What the Bible Says About Leading Well

God is leading. He is bringing redemption and restoration to the world.

And God leads through leaders. He gives them a vision to lead people from where they are to where they could and should be.

So, the first question in leading is, where do I want to lead people? The next question is, how do I get them there?

One of my favorite summaries of the principles of leadership is in the Bible in 1 Thessalonians 5:14. Here’s what it says: “And we urge you, brothers and sisters, warn those who are idle and disruptive, encourage the disheartened, help the weak, be patient with everyone.”

This passage teaches us three crucial leadership principles for leading well. In the diagram above, these are principles for moving people along the arrow to where the “there.”

1. The leader needs to do the hard thing.
The word translated “idle and disruptive” refers to someone who has gotten out of line in a military formation. The leader has to confront those persons and things that are keeping people from moving in the right direction.

Oftentimes, this means talking to someone who is disruptive about what they are doing. If you are a leader, that’s what you’ve got to do.

Doing the hard thing may also mean making a decision that is best for the whole group or organization, even when particular people disagree or complain (who also may need to be confronted).

It may mean going first. When no one wants to do what needs to be done, leaders may need to take the first step.

Leaders need to do the hard thing.

2. Meet people where they are.
It’s easy to go overboard with principle #1. We think that whenever people aren’t doing what we want them to do, then we need to confront.

Principle #2 teaches us something different. Sometimes people are fighting against you, but at other times people are discouraged or unable to do what you are asking. This is why the Apostle Paul says next, “Encourage the fainthearted, help the weak.”

This isn’t always a matter of people being weak or discouraged. Sometimes meeting people where they are is just a matter of paying attention to what people actually do.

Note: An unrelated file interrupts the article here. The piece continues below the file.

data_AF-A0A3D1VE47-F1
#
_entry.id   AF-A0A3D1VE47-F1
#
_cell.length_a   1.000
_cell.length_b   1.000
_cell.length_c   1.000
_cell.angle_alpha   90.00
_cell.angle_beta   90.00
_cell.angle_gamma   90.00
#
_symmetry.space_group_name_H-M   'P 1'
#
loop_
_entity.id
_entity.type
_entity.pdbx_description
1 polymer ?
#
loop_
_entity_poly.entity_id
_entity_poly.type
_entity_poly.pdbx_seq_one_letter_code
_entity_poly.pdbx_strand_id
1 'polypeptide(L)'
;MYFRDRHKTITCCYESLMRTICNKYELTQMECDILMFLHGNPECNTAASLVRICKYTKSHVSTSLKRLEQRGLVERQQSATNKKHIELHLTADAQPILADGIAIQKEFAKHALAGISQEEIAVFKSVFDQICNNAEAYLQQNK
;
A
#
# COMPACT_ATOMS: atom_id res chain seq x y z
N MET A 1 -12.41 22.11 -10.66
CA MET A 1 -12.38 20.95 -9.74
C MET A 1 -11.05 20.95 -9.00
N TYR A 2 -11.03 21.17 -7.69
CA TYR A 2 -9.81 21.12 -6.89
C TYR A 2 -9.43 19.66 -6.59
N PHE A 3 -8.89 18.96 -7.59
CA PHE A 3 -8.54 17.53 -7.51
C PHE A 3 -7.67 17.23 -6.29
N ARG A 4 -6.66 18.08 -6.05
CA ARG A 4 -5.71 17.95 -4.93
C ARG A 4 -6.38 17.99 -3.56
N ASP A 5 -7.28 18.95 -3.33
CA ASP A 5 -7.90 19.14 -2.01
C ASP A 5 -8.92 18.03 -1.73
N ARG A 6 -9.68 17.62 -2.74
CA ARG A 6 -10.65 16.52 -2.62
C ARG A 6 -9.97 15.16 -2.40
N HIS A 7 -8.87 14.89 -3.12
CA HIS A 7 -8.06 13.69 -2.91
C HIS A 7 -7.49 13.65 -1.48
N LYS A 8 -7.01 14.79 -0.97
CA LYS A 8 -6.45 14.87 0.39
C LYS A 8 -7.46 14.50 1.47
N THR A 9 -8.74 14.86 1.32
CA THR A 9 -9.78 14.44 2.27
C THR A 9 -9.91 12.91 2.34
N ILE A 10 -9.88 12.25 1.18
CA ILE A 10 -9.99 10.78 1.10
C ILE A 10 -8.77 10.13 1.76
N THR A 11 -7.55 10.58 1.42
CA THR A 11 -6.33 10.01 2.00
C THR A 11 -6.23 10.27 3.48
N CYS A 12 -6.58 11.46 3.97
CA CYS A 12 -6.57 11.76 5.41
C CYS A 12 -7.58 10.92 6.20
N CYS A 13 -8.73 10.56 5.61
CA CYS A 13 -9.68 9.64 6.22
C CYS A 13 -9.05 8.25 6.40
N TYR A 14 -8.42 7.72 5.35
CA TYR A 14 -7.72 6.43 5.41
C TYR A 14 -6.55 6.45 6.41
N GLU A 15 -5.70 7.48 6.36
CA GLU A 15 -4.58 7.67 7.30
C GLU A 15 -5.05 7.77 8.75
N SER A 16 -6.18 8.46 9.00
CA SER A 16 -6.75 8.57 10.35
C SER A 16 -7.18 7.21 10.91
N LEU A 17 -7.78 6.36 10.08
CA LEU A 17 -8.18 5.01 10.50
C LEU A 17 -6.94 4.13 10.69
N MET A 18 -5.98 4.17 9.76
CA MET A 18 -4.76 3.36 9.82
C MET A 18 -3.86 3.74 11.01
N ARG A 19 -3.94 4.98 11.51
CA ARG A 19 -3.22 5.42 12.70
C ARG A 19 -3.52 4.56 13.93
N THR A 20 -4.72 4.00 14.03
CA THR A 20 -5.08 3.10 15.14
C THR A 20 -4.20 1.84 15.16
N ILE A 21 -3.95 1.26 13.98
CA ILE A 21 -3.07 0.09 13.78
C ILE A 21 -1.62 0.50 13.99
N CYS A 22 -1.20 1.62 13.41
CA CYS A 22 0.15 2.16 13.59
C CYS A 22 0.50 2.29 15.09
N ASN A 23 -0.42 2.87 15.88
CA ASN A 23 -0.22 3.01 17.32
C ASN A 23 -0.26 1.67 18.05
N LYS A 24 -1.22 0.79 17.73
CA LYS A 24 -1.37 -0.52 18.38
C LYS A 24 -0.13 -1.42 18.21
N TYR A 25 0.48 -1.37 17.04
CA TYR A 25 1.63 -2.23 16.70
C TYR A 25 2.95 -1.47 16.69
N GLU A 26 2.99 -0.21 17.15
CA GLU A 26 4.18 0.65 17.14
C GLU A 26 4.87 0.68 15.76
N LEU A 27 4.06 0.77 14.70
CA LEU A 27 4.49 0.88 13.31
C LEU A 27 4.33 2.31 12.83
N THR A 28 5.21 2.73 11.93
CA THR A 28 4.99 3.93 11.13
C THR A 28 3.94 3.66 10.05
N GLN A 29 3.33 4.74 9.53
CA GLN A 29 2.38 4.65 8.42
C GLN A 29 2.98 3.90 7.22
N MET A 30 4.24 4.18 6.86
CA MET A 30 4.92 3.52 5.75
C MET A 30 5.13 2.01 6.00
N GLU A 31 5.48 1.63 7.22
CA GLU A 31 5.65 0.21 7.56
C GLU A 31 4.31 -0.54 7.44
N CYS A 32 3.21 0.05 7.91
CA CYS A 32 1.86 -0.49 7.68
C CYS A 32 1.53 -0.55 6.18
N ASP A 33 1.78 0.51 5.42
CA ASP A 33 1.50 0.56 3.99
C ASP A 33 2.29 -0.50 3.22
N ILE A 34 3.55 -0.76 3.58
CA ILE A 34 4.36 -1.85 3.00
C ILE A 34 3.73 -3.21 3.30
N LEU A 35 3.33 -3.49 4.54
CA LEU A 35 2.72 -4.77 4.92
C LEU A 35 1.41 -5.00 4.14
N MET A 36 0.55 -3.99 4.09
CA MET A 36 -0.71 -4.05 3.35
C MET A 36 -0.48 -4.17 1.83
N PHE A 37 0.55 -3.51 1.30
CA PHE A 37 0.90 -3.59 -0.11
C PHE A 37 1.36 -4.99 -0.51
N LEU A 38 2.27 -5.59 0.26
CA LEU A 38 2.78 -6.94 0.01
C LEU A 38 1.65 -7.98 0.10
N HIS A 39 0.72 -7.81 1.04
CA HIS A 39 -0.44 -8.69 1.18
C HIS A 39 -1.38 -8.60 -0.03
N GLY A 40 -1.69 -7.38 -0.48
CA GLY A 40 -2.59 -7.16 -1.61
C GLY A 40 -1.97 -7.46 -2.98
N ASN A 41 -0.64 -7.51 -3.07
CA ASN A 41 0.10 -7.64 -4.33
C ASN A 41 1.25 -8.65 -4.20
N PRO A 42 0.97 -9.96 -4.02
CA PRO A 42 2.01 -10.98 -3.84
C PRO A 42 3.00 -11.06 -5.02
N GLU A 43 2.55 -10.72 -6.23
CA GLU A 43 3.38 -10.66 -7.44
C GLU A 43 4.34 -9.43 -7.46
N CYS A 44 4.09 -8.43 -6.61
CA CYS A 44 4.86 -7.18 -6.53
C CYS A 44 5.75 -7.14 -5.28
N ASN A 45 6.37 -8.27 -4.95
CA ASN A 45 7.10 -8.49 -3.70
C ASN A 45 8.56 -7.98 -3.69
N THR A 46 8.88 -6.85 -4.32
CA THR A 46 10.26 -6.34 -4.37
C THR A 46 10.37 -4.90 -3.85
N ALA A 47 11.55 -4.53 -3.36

Here’s a very simple example. When I came to my current church, we got about a third of our children to come to Sunday School. Over the years, the leaders had tried all sorts of ways to get people to bring their children to church an hour before worship to Sunday School. It was only modestly effective.

Then, we wondered, if people don’t want to come early, would they stay once they were already ther to fellowship while their kids did Sunday School? What if we did Sunday School after church? We did so, and we got nearly 100% participation.

This is trying to meet people where they are.

3. Leadership is a process.
Whether you’re dealing with the disruptive, the weak, or the disheartened, remember that leadership is a process.

This is why Paul tells us to “be patient with everyone.”

It’s so easy for a leader to think, “I’ve got a great idea. Everyone should see it immediately!” No. It’s a process.

Someone once told me, when you’re tired of saying something, people are just beginning to get it. It takes time to communicate a vision. People need time to process it.

Be patient with everybody because leadership is a process.

Conclusion
God calls Christians to be leaders who are patient, compassionate, and firm. The best example is Jesus Himself. He did the hard thing, even when it meant the cross. He’s patient with us. He meets us where we are.

As believers in Christ, we have His example, and because of His resurrection we have His power. By His grace, we can lead others forward, even though it’s not easy.

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